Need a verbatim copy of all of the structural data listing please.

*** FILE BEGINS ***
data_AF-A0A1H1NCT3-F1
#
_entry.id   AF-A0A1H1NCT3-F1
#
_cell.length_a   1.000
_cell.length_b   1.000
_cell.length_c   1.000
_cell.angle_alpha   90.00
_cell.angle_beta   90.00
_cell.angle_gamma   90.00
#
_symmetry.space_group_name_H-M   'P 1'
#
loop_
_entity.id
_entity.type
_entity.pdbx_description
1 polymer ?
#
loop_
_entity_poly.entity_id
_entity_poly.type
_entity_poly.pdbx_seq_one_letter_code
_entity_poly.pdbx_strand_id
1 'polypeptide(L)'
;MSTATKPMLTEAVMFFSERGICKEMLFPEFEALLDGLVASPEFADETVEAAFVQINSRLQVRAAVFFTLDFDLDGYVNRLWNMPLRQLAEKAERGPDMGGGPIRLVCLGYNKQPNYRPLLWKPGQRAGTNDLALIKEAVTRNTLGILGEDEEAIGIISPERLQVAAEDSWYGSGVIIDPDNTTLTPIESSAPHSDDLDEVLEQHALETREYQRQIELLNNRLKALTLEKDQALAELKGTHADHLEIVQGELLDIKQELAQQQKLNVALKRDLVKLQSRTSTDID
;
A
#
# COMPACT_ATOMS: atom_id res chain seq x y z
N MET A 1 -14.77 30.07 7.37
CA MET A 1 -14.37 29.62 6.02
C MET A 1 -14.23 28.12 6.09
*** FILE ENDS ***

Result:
data_AF-A0A1H1NCT3-F1
#
_entry.id   AF-A0A1H1NCT3-F1
#
_cell.length_a   1.000
_cell.length_b   1.000
_cell.length_c   1.000
_cell.angle_alpha   90.00
_cell.angle_beta   90.00
_cell.angle_gamma   90.00
#
_symmetry.space_group_name_H-M   'P 1'
#
loop_
_entity.id
_entity.type
_entity.pdbx_description
1 polymer ?
#
loop_
_entity_poly.entity_id
_entity_poly.type
_entity_poly.pdbx_seq_one_letter_code
_entity_poly.pdbx_strand_id
1 'polypeptide(L)'
;MSTATKPMLTEAVMFFSERGICKEMLFPEFEALLDGLVASPEFADETVEAAFVQINSRLQVRAAVFFTLDFDLDGYVNRLWNMPLRQLAEKAERGPDMGGGPIRLVCLGYNKQPNYRPLLWKPGQRAGTNDLALIKEAVTRNTLGILGEDEEAIGIISPERLQVAAEDSWYGSGVIIDPDNTTLTPIESSAPHSDDLDEVLEQHALETREYQRQIELLNNRLKALTLEKDQALAELKGTHADHLEIVQGELLDIKQELAQQQKLNVALKRDLVKLQSRTSTDID
;
A
#
# COMPACT_ATOMS: atom_id res chain seq x y z
N MET A 1 -14.77 30.07 7.37
CA MET A 1 -14.37 29.62 6.02
C MET A 1 -14.23 28.12 6.09